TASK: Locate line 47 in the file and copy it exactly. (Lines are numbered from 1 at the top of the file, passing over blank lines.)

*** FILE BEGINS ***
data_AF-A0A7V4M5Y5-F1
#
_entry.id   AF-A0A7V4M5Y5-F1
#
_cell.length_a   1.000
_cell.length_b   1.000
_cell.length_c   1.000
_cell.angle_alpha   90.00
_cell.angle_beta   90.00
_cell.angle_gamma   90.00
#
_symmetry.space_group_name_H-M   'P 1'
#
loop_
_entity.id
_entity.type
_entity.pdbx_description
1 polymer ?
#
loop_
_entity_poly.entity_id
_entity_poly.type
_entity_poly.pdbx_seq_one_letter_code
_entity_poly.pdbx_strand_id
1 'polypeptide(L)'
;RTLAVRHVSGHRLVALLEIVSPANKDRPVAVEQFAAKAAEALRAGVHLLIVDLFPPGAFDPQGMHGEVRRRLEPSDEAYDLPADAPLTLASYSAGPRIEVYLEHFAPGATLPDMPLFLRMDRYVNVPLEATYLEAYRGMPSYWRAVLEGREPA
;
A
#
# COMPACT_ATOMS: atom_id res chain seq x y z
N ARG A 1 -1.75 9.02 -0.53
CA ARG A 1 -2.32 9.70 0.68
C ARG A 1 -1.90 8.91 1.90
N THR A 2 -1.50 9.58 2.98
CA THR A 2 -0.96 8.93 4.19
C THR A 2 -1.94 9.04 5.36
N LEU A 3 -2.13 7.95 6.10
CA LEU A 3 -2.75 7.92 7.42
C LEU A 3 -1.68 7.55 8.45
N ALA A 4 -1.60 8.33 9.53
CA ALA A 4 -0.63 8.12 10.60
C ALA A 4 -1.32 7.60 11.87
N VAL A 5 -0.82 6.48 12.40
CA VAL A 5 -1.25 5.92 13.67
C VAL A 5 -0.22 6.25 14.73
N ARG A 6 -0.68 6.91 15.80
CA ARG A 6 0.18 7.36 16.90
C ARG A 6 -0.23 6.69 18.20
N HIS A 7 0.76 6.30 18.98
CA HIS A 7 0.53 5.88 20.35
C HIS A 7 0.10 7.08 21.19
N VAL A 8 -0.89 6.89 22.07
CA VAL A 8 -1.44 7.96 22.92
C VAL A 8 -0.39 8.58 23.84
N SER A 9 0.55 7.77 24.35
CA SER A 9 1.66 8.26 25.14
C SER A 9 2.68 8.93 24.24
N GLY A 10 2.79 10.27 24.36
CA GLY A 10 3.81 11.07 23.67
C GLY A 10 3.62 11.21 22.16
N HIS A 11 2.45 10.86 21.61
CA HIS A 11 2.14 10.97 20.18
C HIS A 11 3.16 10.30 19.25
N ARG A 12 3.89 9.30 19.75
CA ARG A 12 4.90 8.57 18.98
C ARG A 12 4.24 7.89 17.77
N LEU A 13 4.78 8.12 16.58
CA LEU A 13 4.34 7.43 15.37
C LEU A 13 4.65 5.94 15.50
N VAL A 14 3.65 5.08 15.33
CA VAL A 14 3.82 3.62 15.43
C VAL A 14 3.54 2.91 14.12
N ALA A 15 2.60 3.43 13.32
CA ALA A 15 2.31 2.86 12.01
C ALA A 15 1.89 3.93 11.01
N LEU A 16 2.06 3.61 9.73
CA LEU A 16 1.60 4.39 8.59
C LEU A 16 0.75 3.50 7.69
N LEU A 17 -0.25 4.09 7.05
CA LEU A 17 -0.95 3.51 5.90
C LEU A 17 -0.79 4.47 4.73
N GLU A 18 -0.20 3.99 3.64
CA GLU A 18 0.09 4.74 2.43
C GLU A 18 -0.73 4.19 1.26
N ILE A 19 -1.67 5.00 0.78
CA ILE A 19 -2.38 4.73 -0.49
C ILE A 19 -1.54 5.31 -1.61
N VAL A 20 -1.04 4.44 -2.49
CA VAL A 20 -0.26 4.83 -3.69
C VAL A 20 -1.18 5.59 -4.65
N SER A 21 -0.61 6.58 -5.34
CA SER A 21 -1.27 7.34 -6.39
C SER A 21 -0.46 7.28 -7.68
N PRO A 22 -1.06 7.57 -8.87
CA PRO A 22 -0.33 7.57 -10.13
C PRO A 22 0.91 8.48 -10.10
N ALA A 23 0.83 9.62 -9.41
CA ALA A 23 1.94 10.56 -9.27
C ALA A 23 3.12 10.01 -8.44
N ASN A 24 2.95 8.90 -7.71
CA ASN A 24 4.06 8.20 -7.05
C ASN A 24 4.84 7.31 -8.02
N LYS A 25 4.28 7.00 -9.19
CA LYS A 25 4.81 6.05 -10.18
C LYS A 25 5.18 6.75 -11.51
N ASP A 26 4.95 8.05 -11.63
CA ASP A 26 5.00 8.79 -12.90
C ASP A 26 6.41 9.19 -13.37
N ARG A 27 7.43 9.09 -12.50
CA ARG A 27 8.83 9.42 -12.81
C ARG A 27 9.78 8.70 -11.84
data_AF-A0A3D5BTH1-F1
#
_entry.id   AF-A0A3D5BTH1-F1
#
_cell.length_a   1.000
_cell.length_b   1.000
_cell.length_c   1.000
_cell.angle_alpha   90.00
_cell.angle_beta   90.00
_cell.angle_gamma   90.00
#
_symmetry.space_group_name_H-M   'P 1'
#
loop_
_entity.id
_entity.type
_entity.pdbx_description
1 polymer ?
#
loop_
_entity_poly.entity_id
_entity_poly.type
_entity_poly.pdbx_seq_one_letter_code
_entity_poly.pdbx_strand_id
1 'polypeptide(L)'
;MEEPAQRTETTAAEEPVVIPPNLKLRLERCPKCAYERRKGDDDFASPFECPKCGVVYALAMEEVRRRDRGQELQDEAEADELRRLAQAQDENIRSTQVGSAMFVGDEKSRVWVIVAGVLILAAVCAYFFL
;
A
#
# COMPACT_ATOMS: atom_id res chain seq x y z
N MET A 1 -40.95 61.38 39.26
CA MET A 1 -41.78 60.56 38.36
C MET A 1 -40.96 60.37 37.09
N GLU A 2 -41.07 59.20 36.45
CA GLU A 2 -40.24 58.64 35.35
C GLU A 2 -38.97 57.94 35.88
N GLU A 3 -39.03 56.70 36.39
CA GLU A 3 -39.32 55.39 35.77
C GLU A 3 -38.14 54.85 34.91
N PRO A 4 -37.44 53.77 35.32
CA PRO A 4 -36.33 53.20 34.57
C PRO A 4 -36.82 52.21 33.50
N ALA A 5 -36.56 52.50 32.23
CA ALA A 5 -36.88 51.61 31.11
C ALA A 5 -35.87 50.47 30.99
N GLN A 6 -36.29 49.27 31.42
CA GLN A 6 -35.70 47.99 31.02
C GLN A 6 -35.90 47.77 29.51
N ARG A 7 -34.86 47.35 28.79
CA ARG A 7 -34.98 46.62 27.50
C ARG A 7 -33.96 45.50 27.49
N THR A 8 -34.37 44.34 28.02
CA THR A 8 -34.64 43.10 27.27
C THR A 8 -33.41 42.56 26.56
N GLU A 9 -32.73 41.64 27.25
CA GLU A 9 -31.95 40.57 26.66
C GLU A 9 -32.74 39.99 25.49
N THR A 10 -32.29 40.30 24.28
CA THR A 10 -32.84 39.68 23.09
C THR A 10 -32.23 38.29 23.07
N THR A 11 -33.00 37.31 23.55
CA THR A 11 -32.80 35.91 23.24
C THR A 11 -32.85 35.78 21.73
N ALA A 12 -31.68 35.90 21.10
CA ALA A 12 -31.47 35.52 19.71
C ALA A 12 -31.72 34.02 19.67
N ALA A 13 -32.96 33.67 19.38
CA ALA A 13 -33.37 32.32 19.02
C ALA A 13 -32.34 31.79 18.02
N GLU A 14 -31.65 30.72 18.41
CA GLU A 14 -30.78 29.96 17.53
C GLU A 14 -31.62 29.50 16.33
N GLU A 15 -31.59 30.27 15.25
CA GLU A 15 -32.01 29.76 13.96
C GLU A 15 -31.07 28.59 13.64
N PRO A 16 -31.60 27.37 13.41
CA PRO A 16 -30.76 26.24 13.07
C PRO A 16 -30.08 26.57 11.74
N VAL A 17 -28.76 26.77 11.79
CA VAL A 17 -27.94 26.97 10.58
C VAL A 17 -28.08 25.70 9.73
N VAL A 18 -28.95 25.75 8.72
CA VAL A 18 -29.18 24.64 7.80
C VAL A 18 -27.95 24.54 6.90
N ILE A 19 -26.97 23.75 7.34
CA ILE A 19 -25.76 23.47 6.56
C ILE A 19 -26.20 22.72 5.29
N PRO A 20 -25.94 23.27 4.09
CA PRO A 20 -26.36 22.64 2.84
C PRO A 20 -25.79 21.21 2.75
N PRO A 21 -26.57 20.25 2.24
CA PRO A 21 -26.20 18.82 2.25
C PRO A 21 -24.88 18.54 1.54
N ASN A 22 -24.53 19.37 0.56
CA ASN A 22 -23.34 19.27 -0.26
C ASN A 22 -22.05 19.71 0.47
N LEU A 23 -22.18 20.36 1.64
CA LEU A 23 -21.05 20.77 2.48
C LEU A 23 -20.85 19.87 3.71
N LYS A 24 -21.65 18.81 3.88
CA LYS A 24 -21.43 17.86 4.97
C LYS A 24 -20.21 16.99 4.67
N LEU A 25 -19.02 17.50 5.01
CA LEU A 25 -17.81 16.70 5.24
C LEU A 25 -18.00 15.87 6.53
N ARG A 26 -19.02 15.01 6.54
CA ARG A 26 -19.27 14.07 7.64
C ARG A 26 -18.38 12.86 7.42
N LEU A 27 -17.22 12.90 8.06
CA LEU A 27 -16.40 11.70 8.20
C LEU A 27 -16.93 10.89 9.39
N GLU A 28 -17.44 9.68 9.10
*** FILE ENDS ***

CA ARG A 6 0.18 7.36 16.90